Washington’s leaders are back in the middle Carson Wentz in their battle for a playoff berth.
The team announced Wednesday that Wentz will start in his place Taylor Hynek When the Leaders (7-7-1) host the Cleveland Browns (6-9) on Sunday.
Wentz started the first six games of the season before breaking his right ring finger in an October 13 win over the Chicago Bears. He was placed on injured reserve and did not return to the active list until December 17. Heinicke started nine games, leading the team to a 5-3-1 record.
However, Washington has gone 0-2-1 in its past three games. Although they moved the ball well with Heinicke, the Leaders ranked 26th in red zone offense and 20th in points per game over his eight full starts.
Wentz replaced Henke in the fourth quarter of Saturday’s 37-20 loss to the San Francisco 49ers. Wentz completed 12 of 16 passes for 123 yards and a touchdown.
“I thought Carson came in and he hadn’t played in a while, and he was a little rusty at first and then he started getting better,” coach Ron Rivera said Tuesday of Wentz’s performance. “He’s shown that he makes quick decisions, and so that was nice to see. There are still some things he can continue to work on.”
Heinicke provided a spark, with his mobility and penchant for clutch throws and drives late in the game. These qualities led to wins over the Green Bay Packers and Indianapolis Colts while also leading to a tie against the New York Giants. Heinicke threw 12 touchdowns on six interceptions while sacking 19 times in his nine starts, with his ability to escape pressure enabling him to be sacked less frequently.
But with commanders struggling to end late flights and believing Wentz’s growing familiarity with offense might lead to faster decision-making, Washington opted for the move.
The captains liked Wentz’s arm strength and what he could do for offense. His drive over San Francisco showed them what they wanted to see.
“What he’s shown is that he’s healthy, he’s got really nice legs now, and his arms are very lively,” Rivera said Tuesday. “He made very quick decisions. He showed us that quick flick you look for in a quarterback, and it seemed like his decision making was right.”
Washington traded two third-round picks — one in 2022, one in 2023 — and traded two second-round picks in April for Wentz from Indianapolis. He entered the season as an obvious starter, something even Heinicke acknowledged during a press conference in the spring.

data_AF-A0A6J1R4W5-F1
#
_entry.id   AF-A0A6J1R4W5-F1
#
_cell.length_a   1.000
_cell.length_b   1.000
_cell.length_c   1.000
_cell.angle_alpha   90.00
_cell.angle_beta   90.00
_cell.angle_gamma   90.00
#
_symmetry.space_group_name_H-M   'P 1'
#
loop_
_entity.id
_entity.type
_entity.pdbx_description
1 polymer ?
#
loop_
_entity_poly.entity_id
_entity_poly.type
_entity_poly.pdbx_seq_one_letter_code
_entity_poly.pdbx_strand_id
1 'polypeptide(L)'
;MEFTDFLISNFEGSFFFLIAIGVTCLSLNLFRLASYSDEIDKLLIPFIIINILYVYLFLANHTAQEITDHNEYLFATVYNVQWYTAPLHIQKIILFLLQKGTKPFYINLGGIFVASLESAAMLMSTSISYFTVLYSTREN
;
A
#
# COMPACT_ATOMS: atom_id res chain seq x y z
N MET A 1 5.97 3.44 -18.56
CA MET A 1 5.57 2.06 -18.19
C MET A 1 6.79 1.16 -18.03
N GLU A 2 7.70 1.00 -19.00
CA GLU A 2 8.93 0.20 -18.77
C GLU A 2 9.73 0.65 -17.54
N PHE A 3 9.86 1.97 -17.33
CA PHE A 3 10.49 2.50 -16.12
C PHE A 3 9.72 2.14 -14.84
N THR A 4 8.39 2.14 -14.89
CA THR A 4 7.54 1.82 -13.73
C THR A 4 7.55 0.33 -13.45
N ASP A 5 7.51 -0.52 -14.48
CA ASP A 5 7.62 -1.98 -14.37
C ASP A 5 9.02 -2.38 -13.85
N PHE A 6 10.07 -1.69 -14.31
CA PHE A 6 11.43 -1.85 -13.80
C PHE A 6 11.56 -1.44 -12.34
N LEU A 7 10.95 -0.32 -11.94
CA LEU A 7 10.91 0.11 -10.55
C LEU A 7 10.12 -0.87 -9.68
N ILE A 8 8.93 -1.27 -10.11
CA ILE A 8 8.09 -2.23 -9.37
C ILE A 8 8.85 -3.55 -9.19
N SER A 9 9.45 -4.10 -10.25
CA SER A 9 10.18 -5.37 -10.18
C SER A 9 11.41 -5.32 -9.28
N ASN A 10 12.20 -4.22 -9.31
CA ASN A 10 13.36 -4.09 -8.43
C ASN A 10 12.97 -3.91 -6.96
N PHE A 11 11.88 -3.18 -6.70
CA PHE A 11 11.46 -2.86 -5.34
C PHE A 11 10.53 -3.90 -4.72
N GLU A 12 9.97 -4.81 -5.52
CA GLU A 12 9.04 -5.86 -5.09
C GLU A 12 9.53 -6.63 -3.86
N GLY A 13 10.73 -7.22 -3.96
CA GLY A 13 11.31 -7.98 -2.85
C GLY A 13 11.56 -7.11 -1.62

Ranked No. 2 overall in 2016, Wentz needed to learn a new offense for the first time in his career. He had played the same system during his first five seasons with the Philadelphia Eagles and last season with the Colts.
In his first two games, Washington scored a combined 55 points. But in the next four, the leaders managed only 47 runs. He has thrown 11 touchdowns on six interceptions and has been sacked 23 times.
Wentz’s contract has an additional two years but no more guaranteed money. If Washington chooses to keep him, they can restructure his deal or pay him $26.7 million in 2023. Heinicke is a free agent after the season.
Heinicke became a crowd favorite after arriving in Washington in December 2020 as the fourth quarterback he could fill in if the other three are sidelined due to COVID-19. Prior to that, he had been living with his sister and taking lessons to complete his degree at Old Dominion.
He ended up starting the team’s playoff loss against the Tampa Bay Buccaneers that season and beat his teammates with his gritty playing style and pylon diving.
Washington signed Heinicke to a two-year extension this offseason. He started 15 games in 2021 after Ryan Fitzpatrick suffered a season-ending hip injury in Week 1 and went 7-8.
The Leaders have a 12-11-1 record under Heinicke in the past two years. They are 2-6 under everyone else.
“Coffee ninja. Web fan. Hipster-friendly beer enthusiast. Professional creator.”